Bill 106 – The Safer Communities and Neighbourhoods Act – was introduced as a Private Members Bill by Ottawa Centre MPP Yasir Naqvi.
It makes the hair on the back of my neck stand up.
Essentially this is what Bill 106 proposes:
“Bill 106 (SCAN) would enable municipalities to appoint a Director of Safer Communities and Neighbourhoods that will accept anonymous allegations of unsafe or illegal activities occurring on or near specific properties. The SCAN Director has sweeping powers to conduct surveillance of accused tenants and homeowners. The Director can then apply to Superior Court to evict the tenant or close the property for up to 90 days through a ‘Community Safety Order’.” (Source: Advocacy Centre for Tenants Ontario)
You can read the full bill here.
This is what’s wrong with Bill 106:
1. It reeks of American-style approaches to crime and terror. For years now, Americans have been seeing their civil rights eroded under the guise of keeping them safer from evil-doers. (First we’ll pretend you’re in mortal danger, then we’ll pretend to protect you by systematically stripping away your rights.) That’s too high a price for the illusion of security.
2. It opens the doors of all our homes another inch for Big Brother. If we say they can peek into our neighbours’ windows, we’re also saying they can peek into ours. And that old saying about “I’m not doing anything wrong, so I’ve got nothing to hide” might feel a little less innocent when somebody hiding behind a cloak of anonymity points their creepy finger at you.
3. There are already provisions in the existing Residential Tenancies Act and in the Criminal Code to address these same problems.
4. The crime rate has been falling for two decades. We don’t need increased surveillance.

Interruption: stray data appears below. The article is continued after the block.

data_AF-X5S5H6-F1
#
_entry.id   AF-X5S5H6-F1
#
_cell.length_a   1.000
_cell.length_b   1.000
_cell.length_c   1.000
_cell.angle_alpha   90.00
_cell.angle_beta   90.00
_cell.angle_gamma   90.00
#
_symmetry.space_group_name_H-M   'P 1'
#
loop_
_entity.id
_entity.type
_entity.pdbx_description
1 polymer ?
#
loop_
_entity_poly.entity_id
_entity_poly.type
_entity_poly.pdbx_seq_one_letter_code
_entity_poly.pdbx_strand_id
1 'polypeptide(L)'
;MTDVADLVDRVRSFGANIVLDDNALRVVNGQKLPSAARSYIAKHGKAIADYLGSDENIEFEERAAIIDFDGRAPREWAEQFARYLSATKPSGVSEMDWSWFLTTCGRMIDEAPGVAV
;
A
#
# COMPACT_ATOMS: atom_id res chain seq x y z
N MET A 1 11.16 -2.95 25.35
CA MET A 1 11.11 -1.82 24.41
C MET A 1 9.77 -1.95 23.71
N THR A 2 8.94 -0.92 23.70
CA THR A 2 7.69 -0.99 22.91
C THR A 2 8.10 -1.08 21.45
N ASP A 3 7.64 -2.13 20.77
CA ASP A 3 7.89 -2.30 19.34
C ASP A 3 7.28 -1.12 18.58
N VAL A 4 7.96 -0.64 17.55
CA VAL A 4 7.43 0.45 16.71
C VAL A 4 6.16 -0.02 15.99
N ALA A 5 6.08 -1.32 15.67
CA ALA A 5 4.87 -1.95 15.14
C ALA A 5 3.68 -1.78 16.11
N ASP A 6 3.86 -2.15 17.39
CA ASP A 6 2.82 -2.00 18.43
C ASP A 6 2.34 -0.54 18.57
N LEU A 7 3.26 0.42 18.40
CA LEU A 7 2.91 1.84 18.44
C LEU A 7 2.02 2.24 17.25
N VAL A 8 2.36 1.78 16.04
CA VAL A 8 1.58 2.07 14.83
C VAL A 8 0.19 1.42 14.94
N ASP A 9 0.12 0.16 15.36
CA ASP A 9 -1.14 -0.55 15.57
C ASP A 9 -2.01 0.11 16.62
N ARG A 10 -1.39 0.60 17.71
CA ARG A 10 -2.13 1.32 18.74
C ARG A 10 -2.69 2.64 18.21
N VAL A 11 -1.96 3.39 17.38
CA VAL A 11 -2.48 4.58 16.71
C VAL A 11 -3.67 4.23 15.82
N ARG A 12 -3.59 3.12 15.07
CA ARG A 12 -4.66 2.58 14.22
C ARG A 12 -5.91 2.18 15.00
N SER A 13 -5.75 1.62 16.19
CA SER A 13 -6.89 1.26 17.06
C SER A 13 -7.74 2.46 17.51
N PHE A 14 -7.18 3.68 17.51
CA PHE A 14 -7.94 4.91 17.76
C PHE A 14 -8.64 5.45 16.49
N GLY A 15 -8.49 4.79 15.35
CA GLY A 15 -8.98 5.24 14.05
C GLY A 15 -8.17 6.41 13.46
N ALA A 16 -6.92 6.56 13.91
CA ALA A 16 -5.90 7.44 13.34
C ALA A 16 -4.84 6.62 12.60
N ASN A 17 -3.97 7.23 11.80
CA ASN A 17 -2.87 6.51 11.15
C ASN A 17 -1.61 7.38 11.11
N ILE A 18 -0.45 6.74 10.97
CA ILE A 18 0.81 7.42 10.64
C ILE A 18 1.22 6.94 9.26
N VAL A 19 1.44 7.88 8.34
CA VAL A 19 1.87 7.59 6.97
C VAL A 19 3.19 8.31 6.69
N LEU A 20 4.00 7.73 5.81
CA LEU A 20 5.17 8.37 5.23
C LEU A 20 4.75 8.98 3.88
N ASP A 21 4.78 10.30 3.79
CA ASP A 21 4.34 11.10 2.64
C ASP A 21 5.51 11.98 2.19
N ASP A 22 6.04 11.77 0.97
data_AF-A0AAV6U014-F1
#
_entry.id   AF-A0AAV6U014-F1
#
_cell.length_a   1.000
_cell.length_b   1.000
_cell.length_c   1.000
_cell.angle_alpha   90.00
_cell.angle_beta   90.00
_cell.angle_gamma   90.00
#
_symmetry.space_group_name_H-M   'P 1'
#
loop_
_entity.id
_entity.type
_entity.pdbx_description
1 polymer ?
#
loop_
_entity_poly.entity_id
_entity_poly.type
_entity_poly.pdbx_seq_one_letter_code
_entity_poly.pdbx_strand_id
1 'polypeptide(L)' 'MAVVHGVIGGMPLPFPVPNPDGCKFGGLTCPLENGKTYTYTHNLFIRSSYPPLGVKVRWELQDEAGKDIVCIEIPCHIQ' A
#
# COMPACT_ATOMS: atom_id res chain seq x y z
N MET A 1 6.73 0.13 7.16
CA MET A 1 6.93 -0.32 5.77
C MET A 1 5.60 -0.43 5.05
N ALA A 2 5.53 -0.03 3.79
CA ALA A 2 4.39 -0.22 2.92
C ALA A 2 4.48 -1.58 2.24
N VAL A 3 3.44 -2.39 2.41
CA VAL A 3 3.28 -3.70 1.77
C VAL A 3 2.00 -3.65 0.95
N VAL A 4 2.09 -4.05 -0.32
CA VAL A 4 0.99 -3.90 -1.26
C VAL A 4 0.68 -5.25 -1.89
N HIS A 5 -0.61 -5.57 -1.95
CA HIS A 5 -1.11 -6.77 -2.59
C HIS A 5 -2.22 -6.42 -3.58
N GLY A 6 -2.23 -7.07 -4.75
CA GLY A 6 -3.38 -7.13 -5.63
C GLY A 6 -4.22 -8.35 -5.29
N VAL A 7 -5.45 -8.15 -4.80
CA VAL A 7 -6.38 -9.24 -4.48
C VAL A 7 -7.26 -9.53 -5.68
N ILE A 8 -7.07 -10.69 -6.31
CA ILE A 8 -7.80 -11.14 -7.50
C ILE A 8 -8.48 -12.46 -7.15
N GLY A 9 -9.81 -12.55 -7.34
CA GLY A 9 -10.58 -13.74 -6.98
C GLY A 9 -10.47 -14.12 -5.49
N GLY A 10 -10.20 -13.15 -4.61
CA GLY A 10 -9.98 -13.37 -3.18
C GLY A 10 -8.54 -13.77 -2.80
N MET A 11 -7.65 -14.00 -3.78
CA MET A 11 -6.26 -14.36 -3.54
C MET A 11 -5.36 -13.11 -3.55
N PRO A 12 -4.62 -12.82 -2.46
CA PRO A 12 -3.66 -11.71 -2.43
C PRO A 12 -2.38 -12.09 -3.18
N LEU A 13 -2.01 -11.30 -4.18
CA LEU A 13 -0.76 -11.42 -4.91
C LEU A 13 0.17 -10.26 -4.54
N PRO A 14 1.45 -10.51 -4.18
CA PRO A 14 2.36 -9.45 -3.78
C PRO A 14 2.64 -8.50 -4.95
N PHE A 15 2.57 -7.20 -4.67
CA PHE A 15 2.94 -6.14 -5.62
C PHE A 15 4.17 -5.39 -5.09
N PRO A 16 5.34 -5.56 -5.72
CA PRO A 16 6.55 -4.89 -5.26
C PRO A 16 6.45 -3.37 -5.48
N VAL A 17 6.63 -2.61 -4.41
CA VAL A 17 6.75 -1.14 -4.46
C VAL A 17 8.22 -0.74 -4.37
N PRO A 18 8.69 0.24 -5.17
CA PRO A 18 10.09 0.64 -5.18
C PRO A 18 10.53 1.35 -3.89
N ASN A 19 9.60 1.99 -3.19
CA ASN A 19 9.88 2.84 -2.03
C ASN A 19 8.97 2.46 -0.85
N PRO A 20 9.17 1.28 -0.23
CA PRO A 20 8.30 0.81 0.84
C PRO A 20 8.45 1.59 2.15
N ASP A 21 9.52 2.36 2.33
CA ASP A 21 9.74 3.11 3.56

5. This tool will be used disproportionately against members of already marginalized groups, such as racial minorities and poor people. It’s a weapon wielded according to perceptions of danger, which are notoriously inaccurate. Even if it’s not deliberately used in a racist way, the effect will be the same.
6. It will be used deliberately as a weapon by people against people they don’t like: eg, ex-spouses, parents battling for custody, nosy neighbours, etc. (Welfare fraud hotlines provide good examples: see Walking on Eggshells)
7. It promotes secret accusations and paranoia while denying the right of the accused to an open process through which he or she can respond to accusations.
What we can do to help defeat Bill 106:
Bill 106 goes for its 2nd reading today. If you want to help defeat it, please email your local Ontario MPP and tell them you’re opposed to Bill 106. You can find the contact information of MPPs here. Send a copy of your letter to the Honourable Jim Watson, Minister of Municipal Affairs and Housing (firstname.lastname@example.org) and MPP Yasir Naqvi (email@example.com), the MPP who introduced Bill 106.
Spread the word.